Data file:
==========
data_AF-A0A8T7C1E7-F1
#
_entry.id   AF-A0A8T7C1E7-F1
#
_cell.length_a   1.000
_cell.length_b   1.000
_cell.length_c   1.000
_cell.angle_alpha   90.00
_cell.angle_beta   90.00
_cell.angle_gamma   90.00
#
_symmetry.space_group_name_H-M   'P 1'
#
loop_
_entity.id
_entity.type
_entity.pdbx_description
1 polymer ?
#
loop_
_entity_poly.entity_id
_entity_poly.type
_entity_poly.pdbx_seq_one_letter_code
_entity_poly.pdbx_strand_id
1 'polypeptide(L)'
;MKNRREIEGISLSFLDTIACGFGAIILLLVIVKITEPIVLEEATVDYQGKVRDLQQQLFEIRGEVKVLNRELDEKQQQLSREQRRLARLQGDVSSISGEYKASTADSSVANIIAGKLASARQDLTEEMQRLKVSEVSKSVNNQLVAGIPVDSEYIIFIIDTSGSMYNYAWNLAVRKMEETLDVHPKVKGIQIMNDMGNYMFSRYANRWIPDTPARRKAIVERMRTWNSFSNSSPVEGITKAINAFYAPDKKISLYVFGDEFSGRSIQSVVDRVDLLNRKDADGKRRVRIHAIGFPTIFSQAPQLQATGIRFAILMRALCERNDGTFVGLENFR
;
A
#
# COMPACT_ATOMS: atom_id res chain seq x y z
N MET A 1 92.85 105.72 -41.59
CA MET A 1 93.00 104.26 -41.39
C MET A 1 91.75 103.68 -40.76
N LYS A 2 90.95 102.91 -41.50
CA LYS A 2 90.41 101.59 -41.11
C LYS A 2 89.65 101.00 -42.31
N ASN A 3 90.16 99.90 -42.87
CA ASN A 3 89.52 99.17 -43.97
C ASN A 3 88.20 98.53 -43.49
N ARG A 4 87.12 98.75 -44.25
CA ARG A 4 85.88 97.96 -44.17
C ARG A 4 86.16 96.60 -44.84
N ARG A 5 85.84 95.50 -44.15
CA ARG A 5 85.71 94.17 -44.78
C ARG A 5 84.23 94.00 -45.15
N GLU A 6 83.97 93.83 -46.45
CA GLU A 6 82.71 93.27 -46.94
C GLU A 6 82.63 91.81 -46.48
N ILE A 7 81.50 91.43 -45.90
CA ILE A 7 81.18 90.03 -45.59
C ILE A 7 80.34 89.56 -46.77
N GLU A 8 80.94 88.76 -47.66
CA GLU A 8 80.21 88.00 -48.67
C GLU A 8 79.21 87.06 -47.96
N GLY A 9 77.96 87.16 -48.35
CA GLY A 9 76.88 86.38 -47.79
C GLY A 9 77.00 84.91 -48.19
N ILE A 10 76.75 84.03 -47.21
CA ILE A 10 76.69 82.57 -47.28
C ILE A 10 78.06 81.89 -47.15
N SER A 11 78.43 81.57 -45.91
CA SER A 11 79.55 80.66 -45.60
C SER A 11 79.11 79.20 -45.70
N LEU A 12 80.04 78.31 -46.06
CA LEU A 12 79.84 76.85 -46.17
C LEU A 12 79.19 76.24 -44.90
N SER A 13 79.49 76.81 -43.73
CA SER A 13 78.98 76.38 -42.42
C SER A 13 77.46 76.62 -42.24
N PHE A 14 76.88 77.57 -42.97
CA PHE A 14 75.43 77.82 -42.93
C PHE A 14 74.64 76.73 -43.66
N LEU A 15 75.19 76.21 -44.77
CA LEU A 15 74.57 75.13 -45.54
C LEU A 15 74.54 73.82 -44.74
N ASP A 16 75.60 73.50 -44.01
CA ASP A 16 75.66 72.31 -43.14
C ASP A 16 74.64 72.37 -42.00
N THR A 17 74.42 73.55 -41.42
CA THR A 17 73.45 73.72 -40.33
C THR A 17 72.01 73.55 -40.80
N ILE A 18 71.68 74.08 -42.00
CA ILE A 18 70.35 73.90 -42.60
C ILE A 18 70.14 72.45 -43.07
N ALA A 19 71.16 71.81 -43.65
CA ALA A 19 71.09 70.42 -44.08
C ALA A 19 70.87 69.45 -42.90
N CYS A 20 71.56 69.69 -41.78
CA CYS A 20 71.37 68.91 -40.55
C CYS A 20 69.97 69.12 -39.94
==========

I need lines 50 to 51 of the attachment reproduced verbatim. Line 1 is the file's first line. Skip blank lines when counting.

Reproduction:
CA ILE A 7 81.18 90.03 -45.59
C ILE A 7 80.34 89.56 -46.77